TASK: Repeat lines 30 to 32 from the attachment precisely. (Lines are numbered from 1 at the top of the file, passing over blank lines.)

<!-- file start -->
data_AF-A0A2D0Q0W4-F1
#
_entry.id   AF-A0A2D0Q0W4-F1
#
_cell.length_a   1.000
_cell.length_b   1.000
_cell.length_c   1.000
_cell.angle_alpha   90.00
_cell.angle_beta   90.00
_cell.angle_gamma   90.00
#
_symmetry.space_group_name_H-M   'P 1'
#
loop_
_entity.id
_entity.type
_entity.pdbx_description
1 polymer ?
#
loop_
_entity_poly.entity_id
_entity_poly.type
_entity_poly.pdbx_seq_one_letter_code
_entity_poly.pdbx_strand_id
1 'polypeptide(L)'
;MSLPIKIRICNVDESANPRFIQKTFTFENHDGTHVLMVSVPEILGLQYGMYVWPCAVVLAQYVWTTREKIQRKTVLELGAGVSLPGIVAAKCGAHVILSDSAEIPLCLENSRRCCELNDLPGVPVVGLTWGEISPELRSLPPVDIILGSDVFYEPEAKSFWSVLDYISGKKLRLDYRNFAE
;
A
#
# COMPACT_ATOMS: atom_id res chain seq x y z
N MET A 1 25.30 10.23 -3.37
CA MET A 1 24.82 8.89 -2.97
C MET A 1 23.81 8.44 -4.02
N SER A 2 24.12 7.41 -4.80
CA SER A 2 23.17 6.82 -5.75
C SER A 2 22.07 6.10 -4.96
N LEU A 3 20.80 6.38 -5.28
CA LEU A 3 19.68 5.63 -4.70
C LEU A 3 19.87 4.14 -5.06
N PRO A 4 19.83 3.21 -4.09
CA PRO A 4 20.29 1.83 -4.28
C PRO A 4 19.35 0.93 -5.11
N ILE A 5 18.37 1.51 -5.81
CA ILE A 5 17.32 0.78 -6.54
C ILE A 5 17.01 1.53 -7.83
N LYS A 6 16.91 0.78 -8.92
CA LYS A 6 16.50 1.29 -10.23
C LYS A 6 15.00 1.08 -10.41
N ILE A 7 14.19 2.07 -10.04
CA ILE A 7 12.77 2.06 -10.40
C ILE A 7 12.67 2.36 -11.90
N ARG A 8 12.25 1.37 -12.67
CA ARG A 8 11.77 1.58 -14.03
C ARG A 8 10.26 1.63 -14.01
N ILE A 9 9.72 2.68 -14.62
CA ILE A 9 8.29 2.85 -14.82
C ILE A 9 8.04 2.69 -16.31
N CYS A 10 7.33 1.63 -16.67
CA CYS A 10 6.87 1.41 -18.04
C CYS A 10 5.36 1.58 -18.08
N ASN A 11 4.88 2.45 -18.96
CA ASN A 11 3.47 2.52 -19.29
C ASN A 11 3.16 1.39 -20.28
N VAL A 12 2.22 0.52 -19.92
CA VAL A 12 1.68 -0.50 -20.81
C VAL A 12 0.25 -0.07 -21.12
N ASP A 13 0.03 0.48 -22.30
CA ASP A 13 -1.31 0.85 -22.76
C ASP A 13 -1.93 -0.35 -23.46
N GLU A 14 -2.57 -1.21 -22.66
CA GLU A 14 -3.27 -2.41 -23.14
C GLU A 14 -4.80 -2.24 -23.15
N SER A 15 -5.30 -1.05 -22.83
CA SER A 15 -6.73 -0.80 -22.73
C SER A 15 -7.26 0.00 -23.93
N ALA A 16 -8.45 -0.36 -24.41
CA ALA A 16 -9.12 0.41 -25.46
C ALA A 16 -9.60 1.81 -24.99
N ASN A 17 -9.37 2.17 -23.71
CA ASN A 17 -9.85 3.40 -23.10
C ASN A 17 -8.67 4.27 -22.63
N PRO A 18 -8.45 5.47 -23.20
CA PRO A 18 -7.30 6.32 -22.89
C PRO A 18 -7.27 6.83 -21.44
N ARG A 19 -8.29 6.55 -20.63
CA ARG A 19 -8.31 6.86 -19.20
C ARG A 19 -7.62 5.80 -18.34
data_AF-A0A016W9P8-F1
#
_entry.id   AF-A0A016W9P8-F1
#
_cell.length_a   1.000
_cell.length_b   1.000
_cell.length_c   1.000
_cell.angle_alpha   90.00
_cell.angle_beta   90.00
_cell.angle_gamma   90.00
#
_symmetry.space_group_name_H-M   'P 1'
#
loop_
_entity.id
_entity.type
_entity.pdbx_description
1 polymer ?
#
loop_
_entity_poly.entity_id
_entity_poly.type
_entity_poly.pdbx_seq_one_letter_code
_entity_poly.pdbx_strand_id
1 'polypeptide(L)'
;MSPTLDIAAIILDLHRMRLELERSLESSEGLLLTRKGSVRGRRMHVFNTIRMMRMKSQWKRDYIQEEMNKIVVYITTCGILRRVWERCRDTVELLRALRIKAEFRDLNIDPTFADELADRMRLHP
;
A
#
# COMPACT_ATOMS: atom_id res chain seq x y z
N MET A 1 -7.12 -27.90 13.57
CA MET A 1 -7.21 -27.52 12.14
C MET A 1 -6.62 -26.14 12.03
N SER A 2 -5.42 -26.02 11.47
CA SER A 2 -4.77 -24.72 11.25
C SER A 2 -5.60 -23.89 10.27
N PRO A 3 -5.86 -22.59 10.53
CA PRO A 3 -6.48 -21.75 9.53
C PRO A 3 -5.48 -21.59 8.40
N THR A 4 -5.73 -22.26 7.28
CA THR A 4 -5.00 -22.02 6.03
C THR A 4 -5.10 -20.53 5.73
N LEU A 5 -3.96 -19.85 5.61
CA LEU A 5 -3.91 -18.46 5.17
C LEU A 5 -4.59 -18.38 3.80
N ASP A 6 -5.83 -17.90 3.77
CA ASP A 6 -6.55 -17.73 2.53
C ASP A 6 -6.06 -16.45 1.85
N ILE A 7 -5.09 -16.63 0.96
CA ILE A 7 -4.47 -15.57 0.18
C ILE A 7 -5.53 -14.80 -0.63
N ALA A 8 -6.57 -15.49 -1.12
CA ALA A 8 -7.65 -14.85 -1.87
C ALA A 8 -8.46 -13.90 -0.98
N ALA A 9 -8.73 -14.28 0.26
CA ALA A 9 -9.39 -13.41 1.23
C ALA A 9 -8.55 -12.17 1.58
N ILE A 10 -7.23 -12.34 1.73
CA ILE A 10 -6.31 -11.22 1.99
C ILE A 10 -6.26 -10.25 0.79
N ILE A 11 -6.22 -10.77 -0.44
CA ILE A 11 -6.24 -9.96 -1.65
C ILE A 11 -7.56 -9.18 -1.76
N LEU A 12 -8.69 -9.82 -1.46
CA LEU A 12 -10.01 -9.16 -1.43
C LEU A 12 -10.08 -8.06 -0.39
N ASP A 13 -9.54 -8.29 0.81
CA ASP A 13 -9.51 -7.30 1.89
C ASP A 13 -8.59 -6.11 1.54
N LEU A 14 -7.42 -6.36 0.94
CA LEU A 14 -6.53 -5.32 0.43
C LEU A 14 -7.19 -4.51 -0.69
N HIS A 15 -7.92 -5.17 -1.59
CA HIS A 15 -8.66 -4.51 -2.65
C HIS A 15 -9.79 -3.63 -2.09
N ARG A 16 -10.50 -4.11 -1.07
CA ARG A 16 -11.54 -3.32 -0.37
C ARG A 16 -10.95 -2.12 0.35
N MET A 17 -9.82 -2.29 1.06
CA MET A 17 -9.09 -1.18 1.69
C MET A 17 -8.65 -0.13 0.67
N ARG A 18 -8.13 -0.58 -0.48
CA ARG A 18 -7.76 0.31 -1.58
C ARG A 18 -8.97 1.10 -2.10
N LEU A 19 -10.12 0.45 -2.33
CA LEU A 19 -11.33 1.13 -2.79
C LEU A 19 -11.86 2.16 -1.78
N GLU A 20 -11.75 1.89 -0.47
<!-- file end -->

# COMPACT_ATOMS: atom_id res chain seq x y z
N MET A 1 25.30 10.23 -3.37
CA MET A 1 24.82 8.89 -2.97